Friday flip through the archives: Faces from an unexplored past

eft: Jessie Susan Harris, born 21 March 1868 Christchurch, died 13 June 1923, Hororata aged 55 right: Alice Margaret Wright, born 12 October 1872 Kaiapoi, died 10 August 1930 Washdyke photo by Eden George, Christchurch. From This photograph album was owned by Jack Thomas Frederick Baker until his death in 2003. It was previously owned by his mother Clara Elizabeth Harris (1873-1945).

Jessie Susan Harris (left), and her sister-in-law (?) Alice Margaret Wright. Photo by Eden George, Christchurch. From photograph album owned by Jack Thomas Frederick Baker, son of Clara Elizabeth Harris (1873-1945). With grateful thanks to Belinda Lansley for sending me the link to Clara’s album.

After hitting a bunch of brick walls in my own family history research, I’ve returned to looking at the Big T’s, and particularly his paternal grandmother’s family. Oh how I love New Zealand information sources. Now I just have to start writing this up …

 

Shaking the tree

eft: Jessie Susan Harris, born 21 March 1868 Christchurch, died 13 June 1923, Hororata aged 55 right: Alice Margaret Wright, born 12 October 1872 Kaiapoi, died 10 August 1930 Washdyke photo by Eden George, Christchurch. From This photograph album was owned by Jack Thomas Frederick Baker until his death in 2003. It was previously owned by his mother Clara Elizabeth Harris (1873-1945). Great grandmother, Jessie Susan Harris (left), and sister in law (?) Alice Margaret Wright. Photo by Eden George, Christchurch. From photograph album owned by Jack Thomas Frederick Baker, son of Clara Elizabeth Harris (1873-1945). With grateful thanks to Belinda Lansley for sending me the link to Clara’s album (canterburyphotography.blogspot.co.nz), and others.

We can’t help ourselves. We look at family photos and can’t help trying to find some resemblance between those we know and love, and the the faces in pictures.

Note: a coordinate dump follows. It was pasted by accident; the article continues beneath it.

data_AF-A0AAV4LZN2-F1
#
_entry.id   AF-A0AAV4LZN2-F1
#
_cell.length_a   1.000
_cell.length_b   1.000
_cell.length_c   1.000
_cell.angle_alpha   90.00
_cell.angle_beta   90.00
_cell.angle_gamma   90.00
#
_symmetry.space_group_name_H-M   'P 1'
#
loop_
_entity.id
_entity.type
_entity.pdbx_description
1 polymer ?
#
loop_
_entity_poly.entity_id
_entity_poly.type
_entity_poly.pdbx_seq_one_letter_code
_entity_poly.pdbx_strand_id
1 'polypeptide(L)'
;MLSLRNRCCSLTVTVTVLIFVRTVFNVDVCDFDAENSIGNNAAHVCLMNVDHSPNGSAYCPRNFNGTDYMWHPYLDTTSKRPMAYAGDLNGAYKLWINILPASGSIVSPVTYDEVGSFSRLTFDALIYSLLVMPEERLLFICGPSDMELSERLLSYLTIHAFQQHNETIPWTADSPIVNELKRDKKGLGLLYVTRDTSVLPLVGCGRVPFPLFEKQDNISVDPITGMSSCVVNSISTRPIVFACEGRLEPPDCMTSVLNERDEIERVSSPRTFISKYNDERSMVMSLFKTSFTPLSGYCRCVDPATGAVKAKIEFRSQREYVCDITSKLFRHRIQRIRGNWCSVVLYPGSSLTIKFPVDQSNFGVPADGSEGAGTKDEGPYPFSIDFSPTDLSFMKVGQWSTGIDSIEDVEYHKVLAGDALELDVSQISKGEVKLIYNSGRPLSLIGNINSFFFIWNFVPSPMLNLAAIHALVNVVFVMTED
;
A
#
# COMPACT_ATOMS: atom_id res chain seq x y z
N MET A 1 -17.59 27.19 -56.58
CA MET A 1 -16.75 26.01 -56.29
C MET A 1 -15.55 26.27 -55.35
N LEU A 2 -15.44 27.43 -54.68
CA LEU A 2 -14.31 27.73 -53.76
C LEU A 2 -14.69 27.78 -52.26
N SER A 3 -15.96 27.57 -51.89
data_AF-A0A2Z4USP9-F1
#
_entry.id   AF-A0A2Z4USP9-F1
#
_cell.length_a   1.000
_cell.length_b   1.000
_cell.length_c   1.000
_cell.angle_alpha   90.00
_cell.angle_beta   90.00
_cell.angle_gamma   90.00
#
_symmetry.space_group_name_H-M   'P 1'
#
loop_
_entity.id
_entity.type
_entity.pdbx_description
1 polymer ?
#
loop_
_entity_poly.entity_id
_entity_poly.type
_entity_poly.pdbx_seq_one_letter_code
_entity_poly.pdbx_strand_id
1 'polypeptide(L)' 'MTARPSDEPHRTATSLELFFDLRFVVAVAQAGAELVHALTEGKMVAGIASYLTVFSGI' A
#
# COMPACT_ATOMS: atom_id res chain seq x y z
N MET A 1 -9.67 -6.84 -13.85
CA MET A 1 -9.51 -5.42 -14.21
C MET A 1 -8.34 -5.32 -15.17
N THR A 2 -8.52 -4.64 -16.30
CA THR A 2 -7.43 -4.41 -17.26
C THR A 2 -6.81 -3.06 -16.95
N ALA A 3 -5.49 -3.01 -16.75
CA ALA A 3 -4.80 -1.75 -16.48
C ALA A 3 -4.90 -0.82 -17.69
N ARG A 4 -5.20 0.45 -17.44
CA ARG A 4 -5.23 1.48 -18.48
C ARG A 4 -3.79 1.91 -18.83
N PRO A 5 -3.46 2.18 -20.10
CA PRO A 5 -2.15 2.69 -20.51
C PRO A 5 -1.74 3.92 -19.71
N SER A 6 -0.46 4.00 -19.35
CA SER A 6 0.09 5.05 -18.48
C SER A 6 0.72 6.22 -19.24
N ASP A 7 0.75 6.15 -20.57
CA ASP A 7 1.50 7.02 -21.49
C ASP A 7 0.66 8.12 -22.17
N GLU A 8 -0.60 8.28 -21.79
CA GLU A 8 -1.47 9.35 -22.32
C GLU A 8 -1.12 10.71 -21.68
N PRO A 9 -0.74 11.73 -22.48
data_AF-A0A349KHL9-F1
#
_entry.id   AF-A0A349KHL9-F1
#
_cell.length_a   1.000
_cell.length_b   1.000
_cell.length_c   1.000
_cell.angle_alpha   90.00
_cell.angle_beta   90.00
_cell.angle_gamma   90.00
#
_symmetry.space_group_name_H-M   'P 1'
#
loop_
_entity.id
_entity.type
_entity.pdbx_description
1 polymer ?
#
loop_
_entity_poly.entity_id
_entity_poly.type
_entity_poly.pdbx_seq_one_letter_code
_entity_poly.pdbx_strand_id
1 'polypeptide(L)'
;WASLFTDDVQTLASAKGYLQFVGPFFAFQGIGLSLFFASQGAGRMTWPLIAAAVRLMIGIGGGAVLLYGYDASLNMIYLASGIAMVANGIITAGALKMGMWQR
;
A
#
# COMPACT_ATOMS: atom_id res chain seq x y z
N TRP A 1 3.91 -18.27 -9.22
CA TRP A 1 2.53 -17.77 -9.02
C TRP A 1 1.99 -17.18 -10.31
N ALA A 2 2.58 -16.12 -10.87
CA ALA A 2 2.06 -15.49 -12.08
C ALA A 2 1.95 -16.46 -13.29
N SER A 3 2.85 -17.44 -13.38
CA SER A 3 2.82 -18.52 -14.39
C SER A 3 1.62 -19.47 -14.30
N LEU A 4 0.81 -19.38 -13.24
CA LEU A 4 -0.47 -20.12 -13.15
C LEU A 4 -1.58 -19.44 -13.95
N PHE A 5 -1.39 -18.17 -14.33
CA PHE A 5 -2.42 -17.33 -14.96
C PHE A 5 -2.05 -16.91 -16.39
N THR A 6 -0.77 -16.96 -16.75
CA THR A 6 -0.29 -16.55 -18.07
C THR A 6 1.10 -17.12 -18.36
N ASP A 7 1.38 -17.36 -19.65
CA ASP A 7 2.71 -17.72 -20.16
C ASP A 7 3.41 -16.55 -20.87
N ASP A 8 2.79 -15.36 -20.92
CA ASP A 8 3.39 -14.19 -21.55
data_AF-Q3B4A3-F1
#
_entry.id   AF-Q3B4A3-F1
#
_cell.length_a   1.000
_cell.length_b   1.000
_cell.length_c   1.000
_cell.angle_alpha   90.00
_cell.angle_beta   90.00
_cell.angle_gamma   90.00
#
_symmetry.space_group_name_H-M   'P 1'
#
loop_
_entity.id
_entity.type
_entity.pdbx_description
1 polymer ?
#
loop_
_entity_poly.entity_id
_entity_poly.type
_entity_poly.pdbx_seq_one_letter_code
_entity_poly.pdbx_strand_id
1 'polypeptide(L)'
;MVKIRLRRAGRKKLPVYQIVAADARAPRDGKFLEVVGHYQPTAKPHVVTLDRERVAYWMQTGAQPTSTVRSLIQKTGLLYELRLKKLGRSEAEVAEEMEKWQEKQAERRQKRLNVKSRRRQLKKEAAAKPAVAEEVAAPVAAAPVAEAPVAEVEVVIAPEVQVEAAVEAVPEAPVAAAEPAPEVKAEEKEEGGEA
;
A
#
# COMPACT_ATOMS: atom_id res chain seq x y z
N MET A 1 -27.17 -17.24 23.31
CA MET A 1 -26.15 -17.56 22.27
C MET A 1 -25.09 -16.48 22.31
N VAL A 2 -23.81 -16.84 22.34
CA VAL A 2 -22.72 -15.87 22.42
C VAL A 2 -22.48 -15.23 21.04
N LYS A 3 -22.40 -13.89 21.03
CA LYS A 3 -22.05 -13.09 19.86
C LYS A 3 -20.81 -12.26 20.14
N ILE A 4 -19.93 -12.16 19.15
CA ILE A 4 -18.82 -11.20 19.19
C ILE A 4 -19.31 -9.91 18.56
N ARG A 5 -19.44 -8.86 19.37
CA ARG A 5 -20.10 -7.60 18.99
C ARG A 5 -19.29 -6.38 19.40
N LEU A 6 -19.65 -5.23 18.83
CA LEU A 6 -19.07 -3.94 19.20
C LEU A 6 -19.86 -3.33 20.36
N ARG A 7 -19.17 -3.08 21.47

The hallway in my house has become a rogues gallery of family photos and there is much pleasure to be had watching visitors scrutinize them, trying to establish who’s who. My son is regularly mistaken for his father in one photo, and an older cousin in another; while I increasingly see myself in the faces of my maternal aunts.

For family historians, photographs are the ultimate treasure. We…

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15 thoughts on “Friday flip through the archives: Faces from an unexplored past

    • Me too. I occasionally buy old stray photos in second-hand shops when they fascinate me too much to resist. I have a couple on my office pin board that I’ve tried to research and failed, so now I just invent stories about them 😀

      Liked by 2 people

  1. We have several boxes of old family photos from both sides of the family as well as all the shots from when our girls were little. So much to see when we start going back. My parents had all their slides (the good shots) from when we were little, put on DVD’s. Can’t wait to see them!!!

    janet

    Like

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